People prefer to be right. Right feels good, empowering, almost powerful and this is by design. Evolution rewards being right and punishes being wrong and few places show off this analogy like the Big Brother show. Fans of the show are deeply invested in the polarity of right and wrong and observing the social experiment that is the show through these lenses.
It makes for great TV and even greater online banter, but what it also makes for is a deeply invested audience for whom money is merely a tool in the advancement of what they believe to be “right.” This is an attentive and purchase ready audience and today on the blog, we’re sharing 4 tips for small business owners and personal brands to hack the transition from fandom to profits off the Big Brother platform.
With Big Brother Nigeria starting it’s 6th season in the coming days, we’ve put together a list of 7 things we don’t want to see from brands this season.
From the COVID-19 pandemic to Big Brother Nigeria, the #EndSars protests and beyond, 2020 has been quite an interesting year for the world of marketing and branding in Nigeria and Africa at large.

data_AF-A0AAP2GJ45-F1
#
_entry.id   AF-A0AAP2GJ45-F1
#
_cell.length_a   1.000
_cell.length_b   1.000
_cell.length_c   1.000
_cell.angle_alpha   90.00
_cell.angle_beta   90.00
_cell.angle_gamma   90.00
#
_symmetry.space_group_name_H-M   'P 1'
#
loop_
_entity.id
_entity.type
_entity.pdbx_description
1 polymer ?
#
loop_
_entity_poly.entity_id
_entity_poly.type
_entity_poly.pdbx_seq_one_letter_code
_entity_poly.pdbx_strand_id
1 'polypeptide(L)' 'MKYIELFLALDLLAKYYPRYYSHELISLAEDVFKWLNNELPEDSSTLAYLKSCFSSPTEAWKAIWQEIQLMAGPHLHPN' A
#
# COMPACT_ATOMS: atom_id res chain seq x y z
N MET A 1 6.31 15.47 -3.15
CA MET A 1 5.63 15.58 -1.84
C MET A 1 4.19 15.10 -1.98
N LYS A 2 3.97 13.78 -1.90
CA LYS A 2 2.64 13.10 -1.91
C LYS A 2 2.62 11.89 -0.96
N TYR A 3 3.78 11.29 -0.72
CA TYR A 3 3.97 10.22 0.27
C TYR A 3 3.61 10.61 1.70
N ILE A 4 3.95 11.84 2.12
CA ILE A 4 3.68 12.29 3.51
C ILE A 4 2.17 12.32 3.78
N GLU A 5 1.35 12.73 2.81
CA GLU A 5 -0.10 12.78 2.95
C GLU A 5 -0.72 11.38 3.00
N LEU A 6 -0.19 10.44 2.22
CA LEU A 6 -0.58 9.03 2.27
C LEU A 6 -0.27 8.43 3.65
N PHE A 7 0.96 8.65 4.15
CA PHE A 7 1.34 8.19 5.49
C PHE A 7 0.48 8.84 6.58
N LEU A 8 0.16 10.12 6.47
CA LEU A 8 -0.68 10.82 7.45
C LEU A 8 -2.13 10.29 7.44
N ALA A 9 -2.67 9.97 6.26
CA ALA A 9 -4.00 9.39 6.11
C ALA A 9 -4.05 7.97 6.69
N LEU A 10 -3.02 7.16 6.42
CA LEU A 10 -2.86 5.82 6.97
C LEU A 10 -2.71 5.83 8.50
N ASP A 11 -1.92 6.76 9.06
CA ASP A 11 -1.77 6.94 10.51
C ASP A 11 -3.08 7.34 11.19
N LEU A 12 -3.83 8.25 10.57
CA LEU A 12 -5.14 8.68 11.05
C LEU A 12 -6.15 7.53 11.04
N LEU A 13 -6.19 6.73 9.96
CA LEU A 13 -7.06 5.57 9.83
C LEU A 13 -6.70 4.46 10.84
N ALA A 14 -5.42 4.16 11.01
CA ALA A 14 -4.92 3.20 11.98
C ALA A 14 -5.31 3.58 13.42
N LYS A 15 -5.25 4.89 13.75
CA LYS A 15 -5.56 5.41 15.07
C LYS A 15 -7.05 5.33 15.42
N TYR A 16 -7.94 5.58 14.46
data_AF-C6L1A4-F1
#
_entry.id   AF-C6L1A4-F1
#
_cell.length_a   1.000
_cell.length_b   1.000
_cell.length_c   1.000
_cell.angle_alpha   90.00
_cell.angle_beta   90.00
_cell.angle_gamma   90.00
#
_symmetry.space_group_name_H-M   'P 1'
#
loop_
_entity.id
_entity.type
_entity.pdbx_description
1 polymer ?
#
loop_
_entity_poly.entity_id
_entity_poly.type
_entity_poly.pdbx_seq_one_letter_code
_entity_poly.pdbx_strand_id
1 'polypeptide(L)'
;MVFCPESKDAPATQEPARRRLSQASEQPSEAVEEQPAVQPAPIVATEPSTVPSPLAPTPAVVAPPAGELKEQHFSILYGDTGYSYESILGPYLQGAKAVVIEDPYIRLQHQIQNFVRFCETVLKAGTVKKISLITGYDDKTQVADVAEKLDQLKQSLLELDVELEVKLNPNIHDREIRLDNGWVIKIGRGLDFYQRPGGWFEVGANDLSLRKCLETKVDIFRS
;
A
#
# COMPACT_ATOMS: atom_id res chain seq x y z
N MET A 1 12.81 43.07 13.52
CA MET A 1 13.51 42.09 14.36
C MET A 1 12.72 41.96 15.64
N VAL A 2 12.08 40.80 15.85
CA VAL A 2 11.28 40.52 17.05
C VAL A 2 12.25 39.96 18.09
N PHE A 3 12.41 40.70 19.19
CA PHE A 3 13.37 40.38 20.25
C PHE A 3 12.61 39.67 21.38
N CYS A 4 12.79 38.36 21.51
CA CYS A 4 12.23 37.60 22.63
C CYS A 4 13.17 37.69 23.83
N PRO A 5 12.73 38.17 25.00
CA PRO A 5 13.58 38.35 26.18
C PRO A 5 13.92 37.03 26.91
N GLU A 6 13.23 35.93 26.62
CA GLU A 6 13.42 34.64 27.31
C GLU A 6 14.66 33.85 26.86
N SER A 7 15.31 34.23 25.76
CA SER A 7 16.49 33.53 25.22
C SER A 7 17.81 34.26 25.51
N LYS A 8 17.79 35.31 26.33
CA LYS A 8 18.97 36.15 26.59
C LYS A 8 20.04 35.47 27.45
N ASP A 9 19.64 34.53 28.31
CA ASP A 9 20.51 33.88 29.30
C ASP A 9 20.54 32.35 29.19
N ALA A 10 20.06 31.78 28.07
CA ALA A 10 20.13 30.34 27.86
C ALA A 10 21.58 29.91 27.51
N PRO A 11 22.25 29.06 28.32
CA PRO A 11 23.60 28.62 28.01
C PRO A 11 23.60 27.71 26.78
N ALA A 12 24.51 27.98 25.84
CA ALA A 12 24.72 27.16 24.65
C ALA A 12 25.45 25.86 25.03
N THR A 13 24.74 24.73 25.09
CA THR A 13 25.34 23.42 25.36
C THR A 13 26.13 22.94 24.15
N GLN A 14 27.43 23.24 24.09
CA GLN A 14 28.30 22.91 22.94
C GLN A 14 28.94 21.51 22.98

In this final blog post of the year and ranked in no particular order, here are 7 of the most iconic and memorable moments that have played a role in pushing marketing as a discipline forward in what has already been a historic year in Nigeria’s marketing space:
Over the weekend, Erica, one of the most talked about housemates on the Big Brother Nigeria show had an alcohol fuelled outburst that culminated in her disqualification from the house.
While I think of myself as a passive watcher of the reality TV show, as a fan of human and consumer behaviour I was keen to see two things:
How she would handle the fallout of the nights incidents the morning after
How her team of social media handlers would control or at least contain the narrative.
The events that unfolded the morning after included an in-person apology to the housemates and a (now deleted) post on Instagram that was in equal parts apologetic and defensive.
Do I think Erica should have apologised? Yes and No.
Last week, there was a viral tweet about the “poor” quality of ads airing on Big Brother Nigeria. According to the poster, with all the money spent buying media placement, the brands would have done well to invest in better quality advertising.
As a marketing person with an advertising agency background, my first instinct was to strongly agree. As a conscious “anti-hearder”, my next instinct was to think “but an ad can be so bad that it becomes a cult classic and ends up actually being really good!”